Kuwait has a very bountiful and rich culture. Although the country as it is, isn’t very aesthetic, the handmade jewelry, cutlery and craftworks manufactured by the Kuwaitis were striking and elegant. The citizens of Kuwait are very generous and they are always mesmerized by the Indian traditional art forms. Especially the women. They are in awe of the facial make-up, jewelry and the grace of the dancers and make consistent efforts to imitate them by joining dance classes or worse, by surfing through Youtube and other websites. My parents took me and my brother to bhajan satsangs conducted in a rented private hall, by a social group. We were also taught many shlokas and were made to read about our scriptures and the Upanisads. My brother and I would sulk about going to these classes because they brought our play-time to an end. Only later we realized how useful and informative it is to us. The hall was a perfect go-to place if we ever wanted to just meditate, have our own space, or read. The only thing unbearable about this country was the climate. We were almost always exposed to very dry and dusty climates, which gave rise to cases of mild occupational disorders in our family. Just like us, there were many Indian expatriates in our area. All of us would gather to celebrate every national holiday, religious festivals and other occasions. Diwali is one of the most vigorously celebrated Indian festivals back there. Around hundreds of people gather in a deserted ground right opposite to the apartment that I had stayed in, to burst varieties of crackers and meet and greet their loved ones warmly. Every Diwali, not only I look forward to join the fun with my friends and relatives, but I also look forward to sitting comfortably in my balcony, munching on sweets and snacks and admiring the beautiful sparks of light that spew all over the sky.

Body 2:

The school I used to attend, was very conservative, had a good learning environment and had very mediocre facilities. I loved to go to school. Yes, I was one of those few students who wouldn’t complain about going there. For an introvert, I had made quite a lot of friends and acquaintances in school. Even though school ended just five to six months ago, I feel nostalgic about how my friends and I would simply hang around in food joints and malls after school. We were even chased out of these places quite a number of times because of the shenanigans we would create. My school teachers were extremely obliging, considerate and filled with affection. They helped us to cope with all kinds of problems; be it emotional, mental or study-related. They also constantly motivated us to achieve high ranks in school as well as to participate in extra-curricular activities. Thinking back, I think school days were legitimately the best days of my life and if I was ever granted to make one wish, it would be to relive those amazing memories I made in school.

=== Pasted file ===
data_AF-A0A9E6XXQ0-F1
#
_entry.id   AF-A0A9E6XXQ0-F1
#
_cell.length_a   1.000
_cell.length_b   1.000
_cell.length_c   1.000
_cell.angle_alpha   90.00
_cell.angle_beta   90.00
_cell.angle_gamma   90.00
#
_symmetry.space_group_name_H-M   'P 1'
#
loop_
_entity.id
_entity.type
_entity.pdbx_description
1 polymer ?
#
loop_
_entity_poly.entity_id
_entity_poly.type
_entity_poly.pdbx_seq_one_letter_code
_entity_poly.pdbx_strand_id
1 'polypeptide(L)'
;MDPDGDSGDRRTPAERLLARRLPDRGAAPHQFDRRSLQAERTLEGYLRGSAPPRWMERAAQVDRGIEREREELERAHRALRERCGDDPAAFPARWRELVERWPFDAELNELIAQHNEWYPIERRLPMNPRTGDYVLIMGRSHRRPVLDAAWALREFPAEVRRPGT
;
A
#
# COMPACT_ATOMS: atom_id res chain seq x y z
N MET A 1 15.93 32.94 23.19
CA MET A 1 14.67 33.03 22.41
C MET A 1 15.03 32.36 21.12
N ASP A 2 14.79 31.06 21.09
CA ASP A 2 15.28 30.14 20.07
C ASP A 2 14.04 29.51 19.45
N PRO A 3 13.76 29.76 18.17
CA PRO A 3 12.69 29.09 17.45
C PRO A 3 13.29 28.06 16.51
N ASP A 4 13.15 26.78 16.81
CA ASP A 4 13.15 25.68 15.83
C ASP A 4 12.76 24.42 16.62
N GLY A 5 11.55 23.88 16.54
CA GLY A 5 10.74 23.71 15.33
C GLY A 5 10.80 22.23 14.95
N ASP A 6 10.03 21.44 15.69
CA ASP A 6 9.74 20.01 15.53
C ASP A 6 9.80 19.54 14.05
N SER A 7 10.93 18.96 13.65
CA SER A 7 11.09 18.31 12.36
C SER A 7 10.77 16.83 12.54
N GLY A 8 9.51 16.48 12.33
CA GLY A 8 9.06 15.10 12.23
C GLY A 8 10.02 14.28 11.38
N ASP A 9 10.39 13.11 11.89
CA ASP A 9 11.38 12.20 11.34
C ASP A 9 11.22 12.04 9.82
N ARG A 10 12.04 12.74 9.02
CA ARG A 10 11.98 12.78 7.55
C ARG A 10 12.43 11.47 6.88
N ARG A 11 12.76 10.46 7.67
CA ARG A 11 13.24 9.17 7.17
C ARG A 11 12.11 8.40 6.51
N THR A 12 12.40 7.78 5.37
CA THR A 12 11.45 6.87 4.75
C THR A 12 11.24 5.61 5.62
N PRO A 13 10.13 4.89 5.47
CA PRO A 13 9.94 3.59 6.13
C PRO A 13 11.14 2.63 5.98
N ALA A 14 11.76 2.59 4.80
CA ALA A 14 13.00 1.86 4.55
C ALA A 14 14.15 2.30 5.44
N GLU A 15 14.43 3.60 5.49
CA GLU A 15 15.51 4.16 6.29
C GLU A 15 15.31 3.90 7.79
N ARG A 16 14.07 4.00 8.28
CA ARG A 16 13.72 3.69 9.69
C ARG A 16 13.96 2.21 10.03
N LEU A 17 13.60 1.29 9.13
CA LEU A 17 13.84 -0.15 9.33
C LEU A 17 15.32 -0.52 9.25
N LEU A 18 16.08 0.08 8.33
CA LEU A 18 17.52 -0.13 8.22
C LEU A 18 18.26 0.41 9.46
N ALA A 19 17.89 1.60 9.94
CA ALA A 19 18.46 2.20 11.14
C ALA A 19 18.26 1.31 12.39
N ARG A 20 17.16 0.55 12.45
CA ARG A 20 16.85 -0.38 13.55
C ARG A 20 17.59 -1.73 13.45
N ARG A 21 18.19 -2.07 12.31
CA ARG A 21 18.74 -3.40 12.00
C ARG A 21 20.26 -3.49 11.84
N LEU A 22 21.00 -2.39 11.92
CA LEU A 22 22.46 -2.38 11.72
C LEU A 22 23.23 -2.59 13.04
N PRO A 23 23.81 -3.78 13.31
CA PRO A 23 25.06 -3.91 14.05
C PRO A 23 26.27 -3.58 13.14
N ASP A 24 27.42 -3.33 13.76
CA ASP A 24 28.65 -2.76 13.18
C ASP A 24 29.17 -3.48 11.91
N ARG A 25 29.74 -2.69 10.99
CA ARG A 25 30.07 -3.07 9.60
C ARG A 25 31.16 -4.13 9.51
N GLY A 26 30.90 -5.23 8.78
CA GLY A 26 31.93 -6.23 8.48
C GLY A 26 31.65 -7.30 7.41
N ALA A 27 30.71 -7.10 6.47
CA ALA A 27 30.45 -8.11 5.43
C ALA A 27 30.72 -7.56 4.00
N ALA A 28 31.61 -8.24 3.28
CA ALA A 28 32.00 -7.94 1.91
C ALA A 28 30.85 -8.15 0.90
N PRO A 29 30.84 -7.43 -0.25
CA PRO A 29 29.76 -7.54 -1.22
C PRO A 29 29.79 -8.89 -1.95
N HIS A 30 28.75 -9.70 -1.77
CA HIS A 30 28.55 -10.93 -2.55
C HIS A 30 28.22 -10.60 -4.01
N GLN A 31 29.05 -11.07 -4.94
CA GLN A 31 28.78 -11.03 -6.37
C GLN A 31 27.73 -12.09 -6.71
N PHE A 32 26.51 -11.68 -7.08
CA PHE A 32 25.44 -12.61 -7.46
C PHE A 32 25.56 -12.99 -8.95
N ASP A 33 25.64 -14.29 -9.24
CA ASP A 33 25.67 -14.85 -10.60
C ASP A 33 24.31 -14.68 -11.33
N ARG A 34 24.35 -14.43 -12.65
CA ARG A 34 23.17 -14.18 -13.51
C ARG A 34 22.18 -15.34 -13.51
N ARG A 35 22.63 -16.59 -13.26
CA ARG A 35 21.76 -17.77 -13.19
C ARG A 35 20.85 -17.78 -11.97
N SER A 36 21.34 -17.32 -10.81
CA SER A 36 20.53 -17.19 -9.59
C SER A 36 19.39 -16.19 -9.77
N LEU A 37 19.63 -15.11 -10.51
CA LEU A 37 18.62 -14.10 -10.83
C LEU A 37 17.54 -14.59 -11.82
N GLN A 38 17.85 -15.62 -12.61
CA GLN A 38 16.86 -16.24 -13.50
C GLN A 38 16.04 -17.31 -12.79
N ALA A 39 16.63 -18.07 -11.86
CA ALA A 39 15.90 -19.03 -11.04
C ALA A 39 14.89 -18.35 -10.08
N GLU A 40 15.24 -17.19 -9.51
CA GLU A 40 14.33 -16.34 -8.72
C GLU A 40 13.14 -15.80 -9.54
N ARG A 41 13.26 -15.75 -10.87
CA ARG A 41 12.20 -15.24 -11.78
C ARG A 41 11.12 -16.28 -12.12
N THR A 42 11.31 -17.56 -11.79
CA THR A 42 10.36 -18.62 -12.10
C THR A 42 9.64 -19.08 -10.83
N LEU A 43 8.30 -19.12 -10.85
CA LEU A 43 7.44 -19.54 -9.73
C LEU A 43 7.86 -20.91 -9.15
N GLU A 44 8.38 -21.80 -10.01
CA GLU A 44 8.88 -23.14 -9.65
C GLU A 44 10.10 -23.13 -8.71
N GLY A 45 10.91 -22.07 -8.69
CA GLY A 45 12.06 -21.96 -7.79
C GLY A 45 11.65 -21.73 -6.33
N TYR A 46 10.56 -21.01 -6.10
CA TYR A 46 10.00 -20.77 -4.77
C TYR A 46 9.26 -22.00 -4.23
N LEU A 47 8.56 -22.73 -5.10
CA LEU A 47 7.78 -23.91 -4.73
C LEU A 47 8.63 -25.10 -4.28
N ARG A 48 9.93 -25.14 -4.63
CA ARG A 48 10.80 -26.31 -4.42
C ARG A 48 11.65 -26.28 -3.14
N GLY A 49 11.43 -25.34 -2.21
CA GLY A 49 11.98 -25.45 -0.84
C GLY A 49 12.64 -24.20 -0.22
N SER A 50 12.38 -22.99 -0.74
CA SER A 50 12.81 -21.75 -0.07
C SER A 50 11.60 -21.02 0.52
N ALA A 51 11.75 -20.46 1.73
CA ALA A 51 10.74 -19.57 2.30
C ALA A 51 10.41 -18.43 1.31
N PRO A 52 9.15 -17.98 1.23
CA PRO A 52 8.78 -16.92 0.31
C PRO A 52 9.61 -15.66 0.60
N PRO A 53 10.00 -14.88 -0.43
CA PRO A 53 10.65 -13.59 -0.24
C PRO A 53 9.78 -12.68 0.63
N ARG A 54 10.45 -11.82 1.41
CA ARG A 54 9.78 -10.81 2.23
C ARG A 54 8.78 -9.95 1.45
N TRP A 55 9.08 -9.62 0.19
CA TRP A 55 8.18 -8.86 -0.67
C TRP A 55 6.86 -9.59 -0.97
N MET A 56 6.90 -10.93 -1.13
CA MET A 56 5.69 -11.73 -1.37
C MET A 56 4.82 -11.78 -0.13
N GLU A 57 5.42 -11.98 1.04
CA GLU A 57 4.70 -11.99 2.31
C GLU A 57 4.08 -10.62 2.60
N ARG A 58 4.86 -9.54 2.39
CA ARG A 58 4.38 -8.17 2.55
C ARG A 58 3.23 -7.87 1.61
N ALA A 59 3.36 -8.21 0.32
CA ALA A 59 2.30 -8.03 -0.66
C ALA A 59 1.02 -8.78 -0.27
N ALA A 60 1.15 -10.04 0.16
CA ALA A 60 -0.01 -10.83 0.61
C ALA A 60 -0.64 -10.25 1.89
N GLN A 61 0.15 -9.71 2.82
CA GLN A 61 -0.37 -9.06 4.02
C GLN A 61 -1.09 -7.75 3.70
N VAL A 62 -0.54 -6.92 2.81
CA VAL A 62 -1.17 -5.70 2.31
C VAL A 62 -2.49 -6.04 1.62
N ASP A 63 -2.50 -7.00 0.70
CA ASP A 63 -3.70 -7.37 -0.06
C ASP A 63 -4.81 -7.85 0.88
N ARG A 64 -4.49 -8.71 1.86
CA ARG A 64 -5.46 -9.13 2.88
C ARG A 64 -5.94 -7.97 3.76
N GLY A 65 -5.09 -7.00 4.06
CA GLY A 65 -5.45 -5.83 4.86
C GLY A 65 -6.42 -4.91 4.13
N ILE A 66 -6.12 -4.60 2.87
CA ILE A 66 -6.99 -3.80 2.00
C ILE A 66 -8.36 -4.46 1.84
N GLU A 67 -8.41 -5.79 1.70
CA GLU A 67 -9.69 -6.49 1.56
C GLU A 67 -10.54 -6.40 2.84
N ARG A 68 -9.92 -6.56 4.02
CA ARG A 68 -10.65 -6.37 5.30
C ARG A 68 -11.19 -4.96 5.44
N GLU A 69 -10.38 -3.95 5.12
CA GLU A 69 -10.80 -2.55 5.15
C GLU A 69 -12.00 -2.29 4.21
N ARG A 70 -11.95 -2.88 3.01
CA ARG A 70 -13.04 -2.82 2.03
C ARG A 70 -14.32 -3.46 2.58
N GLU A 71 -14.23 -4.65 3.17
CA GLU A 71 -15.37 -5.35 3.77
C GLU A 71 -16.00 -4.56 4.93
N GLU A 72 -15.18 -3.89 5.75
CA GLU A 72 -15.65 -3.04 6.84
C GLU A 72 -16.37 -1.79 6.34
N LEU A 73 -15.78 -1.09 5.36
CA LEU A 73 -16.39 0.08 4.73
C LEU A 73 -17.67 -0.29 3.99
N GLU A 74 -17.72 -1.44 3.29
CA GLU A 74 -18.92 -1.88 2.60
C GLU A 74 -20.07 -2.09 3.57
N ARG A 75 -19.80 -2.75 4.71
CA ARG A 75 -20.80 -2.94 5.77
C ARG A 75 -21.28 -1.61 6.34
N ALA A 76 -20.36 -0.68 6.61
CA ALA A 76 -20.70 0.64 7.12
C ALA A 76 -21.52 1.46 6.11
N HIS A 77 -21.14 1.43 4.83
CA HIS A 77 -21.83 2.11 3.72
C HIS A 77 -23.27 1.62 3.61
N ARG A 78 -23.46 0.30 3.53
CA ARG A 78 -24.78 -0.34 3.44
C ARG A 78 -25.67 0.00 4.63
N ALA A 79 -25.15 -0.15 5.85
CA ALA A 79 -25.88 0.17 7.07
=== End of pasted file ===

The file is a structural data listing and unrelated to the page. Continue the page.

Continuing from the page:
Body 3:

After eighteen long years of being in Kuwait, I finally moved to India for my undergraduate studies. At this point, I was not exactly sure about what I wanted to pursue. All I did know was that I could adapt to my own way of life as liberally and peacefully as I wanted to. I was in a state of conflict when it had come down to what I wanted to do. It seemed essential to me that I need to enjoy whatever course I am going to opt for, since I would be dealing with it for the most part of my life. I knew for a fact that I was interested in Psychology, because I had always been curious about the various enigmas of human emotions and behavioural changes. I possess the will to understand multidimensional human life. The one element that attracted me to this course is the long-term knowledge and answers to interdisciplinary human problems. I am mainly interested in the clinical or biological aspect of psychology as biology is one of my all-time favourite subjects. Moving to India was one of the biggest eye-openers for me. The students here are way more competitive and determined. They are also friendly, witty and of course, highly intelligent. I now realize that I will have to put considerable amount effort to pace up with them and reach their wavelength. I also realized that I couldn’t rely on my parents to keep me going anymore. I had to learn how to be independent and more purposeful.


Even though Kuwait is a very Islam-biased, orthodox country, the lifestyle there didn’t feel very different from how it is in India because of the environment and manner in which my parents had raised me. They had taught me the ideal values of the Indian culture and would constantly remind me of my ethnic and family origins. Thus, I personally did not find it strenuous to adapt with the cultural and environmental changes I was subjected to after my formative years. I strongly feel that my parents’ way of upbringing has also had a positive impact on the way I view myself and others around me. I gained the quality of being able to adjust to whichever niche I dwell in as well as with the people in it.